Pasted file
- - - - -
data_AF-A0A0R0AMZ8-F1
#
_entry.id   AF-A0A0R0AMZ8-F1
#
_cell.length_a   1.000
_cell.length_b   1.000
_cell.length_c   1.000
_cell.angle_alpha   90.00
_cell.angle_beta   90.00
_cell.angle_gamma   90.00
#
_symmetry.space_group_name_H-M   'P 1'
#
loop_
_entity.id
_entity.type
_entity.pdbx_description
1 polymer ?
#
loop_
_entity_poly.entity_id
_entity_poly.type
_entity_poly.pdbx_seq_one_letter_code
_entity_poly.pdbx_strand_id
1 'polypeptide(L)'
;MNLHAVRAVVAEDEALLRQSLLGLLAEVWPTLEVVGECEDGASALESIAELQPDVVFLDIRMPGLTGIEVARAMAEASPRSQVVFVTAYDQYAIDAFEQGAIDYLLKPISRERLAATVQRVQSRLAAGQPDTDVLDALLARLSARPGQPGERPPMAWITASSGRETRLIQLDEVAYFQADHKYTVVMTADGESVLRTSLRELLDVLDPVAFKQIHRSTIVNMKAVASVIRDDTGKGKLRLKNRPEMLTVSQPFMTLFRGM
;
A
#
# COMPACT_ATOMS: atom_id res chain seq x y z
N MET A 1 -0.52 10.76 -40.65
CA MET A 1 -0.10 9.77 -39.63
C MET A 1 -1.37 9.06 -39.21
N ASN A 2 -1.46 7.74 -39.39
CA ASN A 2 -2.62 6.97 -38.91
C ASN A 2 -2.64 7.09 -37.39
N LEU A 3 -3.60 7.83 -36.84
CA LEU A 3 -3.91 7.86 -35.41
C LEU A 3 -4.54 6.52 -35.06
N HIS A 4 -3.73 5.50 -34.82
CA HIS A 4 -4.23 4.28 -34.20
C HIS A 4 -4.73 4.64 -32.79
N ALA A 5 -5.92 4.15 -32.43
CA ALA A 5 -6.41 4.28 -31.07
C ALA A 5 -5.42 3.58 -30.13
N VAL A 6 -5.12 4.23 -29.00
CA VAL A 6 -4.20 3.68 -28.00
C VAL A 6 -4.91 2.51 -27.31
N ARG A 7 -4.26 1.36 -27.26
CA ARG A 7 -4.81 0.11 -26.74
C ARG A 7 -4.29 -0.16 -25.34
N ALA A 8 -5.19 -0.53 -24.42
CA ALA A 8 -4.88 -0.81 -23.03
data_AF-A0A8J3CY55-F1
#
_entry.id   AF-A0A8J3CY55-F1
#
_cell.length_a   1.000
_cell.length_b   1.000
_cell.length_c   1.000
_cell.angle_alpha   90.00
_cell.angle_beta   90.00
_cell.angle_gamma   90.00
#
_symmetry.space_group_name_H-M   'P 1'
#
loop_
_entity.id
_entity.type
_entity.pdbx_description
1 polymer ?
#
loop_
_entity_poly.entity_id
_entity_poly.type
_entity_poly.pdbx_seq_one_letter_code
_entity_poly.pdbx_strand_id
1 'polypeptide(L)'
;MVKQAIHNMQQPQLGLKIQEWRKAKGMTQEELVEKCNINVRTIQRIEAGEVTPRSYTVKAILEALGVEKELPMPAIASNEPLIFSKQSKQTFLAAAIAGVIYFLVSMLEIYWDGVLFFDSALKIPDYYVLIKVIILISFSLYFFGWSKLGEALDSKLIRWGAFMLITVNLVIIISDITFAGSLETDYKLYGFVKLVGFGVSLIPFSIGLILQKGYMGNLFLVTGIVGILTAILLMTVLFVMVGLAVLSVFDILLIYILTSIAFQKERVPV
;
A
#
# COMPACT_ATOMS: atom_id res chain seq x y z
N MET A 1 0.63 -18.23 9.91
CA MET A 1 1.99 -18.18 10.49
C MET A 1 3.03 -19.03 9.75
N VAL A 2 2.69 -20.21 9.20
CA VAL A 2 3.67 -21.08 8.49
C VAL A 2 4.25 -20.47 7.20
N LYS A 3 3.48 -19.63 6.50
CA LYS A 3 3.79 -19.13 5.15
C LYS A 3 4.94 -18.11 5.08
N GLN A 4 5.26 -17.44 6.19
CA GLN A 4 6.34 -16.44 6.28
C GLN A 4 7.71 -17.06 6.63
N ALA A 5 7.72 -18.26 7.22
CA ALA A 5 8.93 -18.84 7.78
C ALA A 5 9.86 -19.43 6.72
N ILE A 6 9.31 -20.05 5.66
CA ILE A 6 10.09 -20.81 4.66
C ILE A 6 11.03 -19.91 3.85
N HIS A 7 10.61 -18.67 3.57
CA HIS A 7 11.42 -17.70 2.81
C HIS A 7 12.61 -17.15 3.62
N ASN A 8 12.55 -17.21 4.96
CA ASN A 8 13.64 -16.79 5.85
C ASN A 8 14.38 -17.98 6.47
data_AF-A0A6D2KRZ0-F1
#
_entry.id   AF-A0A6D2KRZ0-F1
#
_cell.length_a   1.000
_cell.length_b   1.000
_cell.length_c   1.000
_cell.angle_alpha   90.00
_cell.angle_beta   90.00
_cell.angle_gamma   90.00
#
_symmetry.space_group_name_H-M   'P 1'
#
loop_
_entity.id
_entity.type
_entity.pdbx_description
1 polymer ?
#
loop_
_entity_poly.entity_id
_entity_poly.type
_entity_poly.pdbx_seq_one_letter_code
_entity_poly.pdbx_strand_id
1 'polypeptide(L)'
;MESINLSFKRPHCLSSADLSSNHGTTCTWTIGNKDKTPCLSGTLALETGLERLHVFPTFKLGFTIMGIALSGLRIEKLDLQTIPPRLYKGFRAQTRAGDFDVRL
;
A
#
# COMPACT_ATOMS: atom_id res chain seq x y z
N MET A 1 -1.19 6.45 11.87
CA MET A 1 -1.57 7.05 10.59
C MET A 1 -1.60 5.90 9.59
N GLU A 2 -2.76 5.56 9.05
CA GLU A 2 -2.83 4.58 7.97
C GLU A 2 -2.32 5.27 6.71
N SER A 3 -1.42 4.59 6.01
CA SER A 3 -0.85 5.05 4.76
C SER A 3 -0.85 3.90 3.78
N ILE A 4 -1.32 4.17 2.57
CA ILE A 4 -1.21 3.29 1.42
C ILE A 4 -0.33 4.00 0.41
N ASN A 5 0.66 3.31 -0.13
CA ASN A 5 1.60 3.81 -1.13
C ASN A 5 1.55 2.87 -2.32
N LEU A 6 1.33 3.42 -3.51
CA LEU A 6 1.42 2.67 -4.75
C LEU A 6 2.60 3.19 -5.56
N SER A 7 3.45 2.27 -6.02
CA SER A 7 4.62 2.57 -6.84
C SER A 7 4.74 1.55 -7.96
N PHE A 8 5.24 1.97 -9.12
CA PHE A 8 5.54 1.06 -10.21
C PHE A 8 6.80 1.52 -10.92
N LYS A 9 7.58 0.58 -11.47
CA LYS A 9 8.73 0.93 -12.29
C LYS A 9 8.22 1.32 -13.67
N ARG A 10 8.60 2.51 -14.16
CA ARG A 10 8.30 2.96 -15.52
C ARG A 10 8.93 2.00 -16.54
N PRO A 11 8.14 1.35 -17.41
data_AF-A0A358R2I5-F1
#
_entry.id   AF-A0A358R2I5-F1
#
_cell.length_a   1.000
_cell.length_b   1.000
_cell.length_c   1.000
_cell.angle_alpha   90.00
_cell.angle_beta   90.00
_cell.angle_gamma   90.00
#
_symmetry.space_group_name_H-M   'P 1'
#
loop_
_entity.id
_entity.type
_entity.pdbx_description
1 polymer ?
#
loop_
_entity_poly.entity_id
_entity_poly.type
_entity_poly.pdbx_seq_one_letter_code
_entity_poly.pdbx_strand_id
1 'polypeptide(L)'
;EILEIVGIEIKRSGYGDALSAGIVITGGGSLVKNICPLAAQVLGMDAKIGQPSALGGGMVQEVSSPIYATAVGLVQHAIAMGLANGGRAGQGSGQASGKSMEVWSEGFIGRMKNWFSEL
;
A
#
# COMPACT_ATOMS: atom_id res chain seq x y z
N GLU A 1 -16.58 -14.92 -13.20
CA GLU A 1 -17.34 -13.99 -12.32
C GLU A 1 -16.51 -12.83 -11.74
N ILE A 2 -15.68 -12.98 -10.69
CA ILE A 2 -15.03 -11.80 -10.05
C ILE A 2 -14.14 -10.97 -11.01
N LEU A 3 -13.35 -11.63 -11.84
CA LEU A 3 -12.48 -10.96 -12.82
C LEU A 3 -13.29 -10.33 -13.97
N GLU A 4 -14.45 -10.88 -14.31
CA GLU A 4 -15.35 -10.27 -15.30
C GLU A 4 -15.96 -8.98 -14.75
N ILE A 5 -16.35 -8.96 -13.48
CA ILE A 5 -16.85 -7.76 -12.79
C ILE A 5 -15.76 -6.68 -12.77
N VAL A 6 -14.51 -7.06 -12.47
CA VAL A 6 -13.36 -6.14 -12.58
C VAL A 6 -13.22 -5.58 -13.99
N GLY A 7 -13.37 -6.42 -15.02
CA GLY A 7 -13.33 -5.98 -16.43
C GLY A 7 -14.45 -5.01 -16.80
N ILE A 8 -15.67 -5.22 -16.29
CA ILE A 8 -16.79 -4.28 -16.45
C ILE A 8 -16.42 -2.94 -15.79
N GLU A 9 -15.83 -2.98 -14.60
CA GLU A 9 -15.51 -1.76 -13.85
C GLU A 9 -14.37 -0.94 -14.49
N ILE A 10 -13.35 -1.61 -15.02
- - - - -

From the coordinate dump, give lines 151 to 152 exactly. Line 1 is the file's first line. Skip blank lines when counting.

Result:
CA ASN A 5 1.60 3.81 -1.13
C ASN A 5 1.55 2.87 -2.32